AutoZone’s business segments
AutoZone’s (AZO) results are divided into two business segments: the DIY (Do-it-yourself) segment and the Commercial or DIFM (Do-it-for-me) segment. The DIY segment, which targets retail customers, yields wider margins than DIFM. Let’s take a look how these business segments performed in 2Q18 and AutoZone’s other key growth priorities.
DIY segment in 2Q18
AutoZone’s DIY segment focuses on selling auto parts to customers without providing mechanics’ assistance to fit or change those vehicle parts. In 2Q18, AutoZone’s DIY traffic count grew YoY (year-over-year). The company’s buy-online-pickup-in-store sales continued to perform better than its ship-to-home sales. To improve customers’ pickup-in-store experience, the company is focusing on providing better in-store customer services.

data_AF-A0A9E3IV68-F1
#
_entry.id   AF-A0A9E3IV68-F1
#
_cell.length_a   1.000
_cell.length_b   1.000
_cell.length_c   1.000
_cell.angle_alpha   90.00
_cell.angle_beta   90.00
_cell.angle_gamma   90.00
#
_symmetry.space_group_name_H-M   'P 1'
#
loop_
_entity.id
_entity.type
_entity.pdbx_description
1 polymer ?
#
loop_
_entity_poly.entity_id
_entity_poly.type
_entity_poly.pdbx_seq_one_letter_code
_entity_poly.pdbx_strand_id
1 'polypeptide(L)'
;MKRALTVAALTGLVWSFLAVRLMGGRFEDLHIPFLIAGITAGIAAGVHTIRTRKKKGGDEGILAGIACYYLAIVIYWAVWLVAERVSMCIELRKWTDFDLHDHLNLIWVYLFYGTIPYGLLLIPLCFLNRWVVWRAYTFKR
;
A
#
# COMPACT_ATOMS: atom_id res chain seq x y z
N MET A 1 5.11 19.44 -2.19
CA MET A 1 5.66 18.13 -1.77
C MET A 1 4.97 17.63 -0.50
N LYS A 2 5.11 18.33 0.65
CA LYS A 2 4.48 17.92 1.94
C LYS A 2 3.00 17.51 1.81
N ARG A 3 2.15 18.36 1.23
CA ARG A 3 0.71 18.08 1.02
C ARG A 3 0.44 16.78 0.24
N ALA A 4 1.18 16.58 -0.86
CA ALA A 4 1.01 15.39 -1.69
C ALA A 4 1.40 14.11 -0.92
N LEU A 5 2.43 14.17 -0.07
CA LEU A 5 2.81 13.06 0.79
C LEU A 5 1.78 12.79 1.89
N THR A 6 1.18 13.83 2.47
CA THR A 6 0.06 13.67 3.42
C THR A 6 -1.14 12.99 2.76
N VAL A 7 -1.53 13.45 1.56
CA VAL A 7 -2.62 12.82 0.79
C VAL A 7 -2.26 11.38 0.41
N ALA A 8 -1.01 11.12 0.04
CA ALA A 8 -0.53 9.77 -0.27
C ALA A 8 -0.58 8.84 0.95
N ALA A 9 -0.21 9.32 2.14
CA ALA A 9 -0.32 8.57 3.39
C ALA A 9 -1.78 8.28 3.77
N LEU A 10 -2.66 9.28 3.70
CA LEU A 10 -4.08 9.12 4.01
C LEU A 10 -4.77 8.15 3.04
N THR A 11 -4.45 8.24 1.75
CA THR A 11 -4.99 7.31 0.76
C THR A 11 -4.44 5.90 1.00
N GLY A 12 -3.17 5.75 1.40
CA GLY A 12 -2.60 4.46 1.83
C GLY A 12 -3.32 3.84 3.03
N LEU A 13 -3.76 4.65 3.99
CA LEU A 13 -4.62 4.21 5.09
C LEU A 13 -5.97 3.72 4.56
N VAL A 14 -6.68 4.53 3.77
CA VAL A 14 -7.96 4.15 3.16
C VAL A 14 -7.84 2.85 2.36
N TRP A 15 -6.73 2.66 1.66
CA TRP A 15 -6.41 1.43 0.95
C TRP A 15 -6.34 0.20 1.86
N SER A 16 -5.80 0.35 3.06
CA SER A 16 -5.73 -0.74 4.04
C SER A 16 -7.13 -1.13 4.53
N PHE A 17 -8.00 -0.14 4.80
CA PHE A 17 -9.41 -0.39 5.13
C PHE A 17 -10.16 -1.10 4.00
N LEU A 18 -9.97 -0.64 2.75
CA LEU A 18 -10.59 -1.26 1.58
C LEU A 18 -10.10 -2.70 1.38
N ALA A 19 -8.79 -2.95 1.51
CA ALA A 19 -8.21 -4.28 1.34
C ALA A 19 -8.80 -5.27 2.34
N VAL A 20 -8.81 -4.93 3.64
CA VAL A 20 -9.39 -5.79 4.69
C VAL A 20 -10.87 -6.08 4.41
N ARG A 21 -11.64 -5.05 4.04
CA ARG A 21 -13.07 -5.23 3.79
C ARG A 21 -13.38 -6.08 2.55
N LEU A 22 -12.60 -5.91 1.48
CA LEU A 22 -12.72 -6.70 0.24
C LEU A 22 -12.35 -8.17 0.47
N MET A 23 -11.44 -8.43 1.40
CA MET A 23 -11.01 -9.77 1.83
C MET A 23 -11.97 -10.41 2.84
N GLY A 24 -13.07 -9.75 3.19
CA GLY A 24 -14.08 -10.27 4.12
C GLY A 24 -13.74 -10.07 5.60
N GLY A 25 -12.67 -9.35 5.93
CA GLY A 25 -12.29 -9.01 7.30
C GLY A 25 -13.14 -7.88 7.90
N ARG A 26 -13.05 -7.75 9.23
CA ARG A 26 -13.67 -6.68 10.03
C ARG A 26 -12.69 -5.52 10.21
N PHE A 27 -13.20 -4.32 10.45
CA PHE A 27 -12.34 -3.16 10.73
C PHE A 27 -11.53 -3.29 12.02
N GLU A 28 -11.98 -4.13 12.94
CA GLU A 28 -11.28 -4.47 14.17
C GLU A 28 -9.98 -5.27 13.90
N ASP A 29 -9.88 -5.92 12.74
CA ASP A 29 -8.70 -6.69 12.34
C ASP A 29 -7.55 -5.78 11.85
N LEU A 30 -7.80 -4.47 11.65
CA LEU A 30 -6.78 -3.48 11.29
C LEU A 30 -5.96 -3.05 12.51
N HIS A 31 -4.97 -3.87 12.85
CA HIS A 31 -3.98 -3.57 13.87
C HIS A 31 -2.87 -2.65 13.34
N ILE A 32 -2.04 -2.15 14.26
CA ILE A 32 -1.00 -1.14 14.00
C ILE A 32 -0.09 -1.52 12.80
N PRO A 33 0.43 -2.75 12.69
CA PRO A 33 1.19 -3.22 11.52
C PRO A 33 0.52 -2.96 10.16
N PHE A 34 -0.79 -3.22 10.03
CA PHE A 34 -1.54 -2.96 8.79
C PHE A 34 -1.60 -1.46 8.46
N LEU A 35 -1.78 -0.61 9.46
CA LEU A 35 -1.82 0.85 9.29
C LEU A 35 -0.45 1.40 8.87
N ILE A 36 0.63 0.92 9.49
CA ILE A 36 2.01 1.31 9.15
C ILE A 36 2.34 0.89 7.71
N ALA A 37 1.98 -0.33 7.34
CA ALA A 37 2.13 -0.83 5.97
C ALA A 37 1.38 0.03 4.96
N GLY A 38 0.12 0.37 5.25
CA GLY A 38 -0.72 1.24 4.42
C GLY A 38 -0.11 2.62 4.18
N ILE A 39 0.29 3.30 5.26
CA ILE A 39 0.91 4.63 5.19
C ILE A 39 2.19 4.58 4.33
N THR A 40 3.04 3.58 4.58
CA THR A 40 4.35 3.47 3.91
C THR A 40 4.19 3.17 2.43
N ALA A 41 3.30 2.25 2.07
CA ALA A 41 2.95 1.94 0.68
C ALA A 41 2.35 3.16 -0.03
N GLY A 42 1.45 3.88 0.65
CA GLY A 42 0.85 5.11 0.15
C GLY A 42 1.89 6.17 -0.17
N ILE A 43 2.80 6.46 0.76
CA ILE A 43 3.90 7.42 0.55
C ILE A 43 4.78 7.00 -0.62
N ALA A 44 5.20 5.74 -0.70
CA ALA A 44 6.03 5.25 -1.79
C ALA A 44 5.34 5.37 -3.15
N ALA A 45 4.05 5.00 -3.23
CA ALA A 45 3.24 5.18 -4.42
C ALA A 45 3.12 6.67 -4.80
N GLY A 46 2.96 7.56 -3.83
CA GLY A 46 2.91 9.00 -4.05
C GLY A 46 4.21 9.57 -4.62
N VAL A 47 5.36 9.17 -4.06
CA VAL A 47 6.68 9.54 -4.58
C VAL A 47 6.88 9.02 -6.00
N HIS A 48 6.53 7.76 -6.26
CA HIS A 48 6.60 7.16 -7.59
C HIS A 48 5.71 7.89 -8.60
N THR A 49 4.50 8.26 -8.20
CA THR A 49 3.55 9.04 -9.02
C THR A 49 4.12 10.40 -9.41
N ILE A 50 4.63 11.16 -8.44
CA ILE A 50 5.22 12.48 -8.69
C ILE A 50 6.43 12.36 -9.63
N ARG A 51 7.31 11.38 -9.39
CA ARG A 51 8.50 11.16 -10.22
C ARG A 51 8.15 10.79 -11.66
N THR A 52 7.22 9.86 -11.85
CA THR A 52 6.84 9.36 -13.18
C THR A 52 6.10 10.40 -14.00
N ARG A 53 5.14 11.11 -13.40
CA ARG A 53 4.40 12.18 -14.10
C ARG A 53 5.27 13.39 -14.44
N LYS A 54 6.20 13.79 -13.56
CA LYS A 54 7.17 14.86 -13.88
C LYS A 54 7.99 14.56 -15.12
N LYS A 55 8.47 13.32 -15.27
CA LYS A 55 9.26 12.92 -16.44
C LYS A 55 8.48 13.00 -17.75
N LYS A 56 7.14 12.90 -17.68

During the second quarter, AZO opened 34 new stores in the United States, bringing its store count to 5,514 in its home market. Also, the company opened two new stores in Brazil and three new stores in Mexico, bringing its Mexican store count to 532.
Commercial segment updates
In 2Q18, AutoZone opened 23 new commercial programs, compared with 30 and 99 new programs in 1Q18 and 4Q17, respectively. Despite slower growth in new commercial programs, the company’s domestic commercial segment sales grew ~5.7% YoY in 2Q18. This commercial sales growth rate was lower than the 6.7% reported in 1Q18.
During AutoZone’s 2Q18 earnings conference call, management reiterated its plans to open about 150 new programs in fiscal 2018.
The growth prospects of auto part sellers (IYK) such as AutoZone, O’Reilly Automotive (ORLY), and Advance Auto Parts (AAP) are linked to the average age of vehicles on US roads. In 2017, the average age of on-road vehicles rose to more than 11.6 years—a good sign for auto part retailers but not for auto manufacturers such as Ford (F) and General Motors (GM). Continue to the next part, where we’ll look at AutoZone’s 2Q18 profit margin.